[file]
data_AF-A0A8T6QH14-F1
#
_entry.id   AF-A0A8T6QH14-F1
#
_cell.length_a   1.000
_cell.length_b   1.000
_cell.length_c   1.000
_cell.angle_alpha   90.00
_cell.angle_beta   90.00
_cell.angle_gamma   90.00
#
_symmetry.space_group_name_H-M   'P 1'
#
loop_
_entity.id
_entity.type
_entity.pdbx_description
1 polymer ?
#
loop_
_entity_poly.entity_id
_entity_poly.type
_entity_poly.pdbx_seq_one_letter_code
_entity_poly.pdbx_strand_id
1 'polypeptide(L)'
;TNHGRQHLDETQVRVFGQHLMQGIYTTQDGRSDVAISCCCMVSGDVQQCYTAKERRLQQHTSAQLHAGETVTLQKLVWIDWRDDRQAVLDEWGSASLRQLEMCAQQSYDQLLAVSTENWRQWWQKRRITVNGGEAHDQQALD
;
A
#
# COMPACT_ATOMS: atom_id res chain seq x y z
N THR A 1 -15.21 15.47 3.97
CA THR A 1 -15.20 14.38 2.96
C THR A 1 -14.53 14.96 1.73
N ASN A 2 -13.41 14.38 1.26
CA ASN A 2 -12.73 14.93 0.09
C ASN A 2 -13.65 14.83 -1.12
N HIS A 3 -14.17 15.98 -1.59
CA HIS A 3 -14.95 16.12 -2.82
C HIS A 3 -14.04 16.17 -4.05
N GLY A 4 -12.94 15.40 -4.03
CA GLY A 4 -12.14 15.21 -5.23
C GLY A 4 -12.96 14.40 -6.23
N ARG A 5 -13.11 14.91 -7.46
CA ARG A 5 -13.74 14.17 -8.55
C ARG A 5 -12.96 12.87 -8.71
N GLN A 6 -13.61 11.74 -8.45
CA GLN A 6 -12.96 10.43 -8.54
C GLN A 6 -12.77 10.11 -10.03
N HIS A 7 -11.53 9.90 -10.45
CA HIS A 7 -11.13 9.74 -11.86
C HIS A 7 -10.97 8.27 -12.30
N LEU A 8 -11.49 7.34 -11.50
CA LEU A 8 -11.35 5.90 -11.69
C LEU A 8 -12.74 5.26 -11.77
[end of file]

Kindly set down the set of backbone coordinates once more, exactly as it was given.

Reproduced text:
data_AF-A0A8T6QH14-F1
#
_entry.id   AF-A0A8T6QH14-F1
#
_cell.length_a   1.000
_cell.length_b   1.000
_cell.length_c   1.000
_cell.angle_alpha   90.00
_cell.angle_beta   90.00
_cell.angle_gamma   90.00
#
_symmetry.space_group_name_H-M   'P 1'
#
loop_
_entity.id
_entity.type
_entity.pdbx_description
1 polymer ?
#
loop_
_entity_poly.entity_id
_entity_poly.type
_entity_poly.pdbx_seq_one_letter_code
_entity_poly.pdbx_strand_id
1 'polypeptide(L)'
;TNHGRQHLDETQVRVFGQHLMQGIYTTQDGRSDVAISCCCMVSGDVQQCYTAKERRLQQHTSAQLHAGETVTLQKLVWIDWRDDRQAVLDEWGSASLRQLEMCAQQSYDQLLAVSTENWRQWWQKRRITVNGGEAHDQQALD
;
A
#
# COMPACT_ATOMS: atom_id res chain seq x y z
N THR A 1 -15.21 15.47 3.97
CA THR A 1 -15.20 14.38 2.96
C THR A 1 -14.53 14.96 1.73
N ASN A 2 -13.41 14.38 1.26
CA ASN A 2 -12.73 14.93 0.09
C ASN A 2 -13.65 14.83 -1.12
N HIS A 3 -14.17 15.98 -1.59
CA HIS A 3 -14.95 16.12 -2.82
C HIS A 3 -14.04 16.17 -4.05
N GLY A 4 -12.94 15.40 -4.03
CA GLY A 4 -12.14 15.21 -5.23
C GLY A 4 -12.96 14.40 -6.23
N ARG A 5 -13.11 14.91 -7.46
CA ARG A 5 -13.74 14.17 -8.55
C ARG A 5 -12.96 12.87 -8.71
N GLN A 6 -13.61 11.74 -8.45
CA GLN A 6 -12.96 10.43 -8.54
C GLN A 6 -12.77 10.11 -10.03
N HIS A 7 -11.53 9.90 -10.45
CA HIS A 7 -11.13 9.74 -11.86
C HIS A 7 -10.97 8.27 -12.30
N LEU A 8 -11.49 7.34 -11.50
CA LEU A 8 -11.35 5.90 -11.69
C LEU A 8 -12.74 5.26 -11.77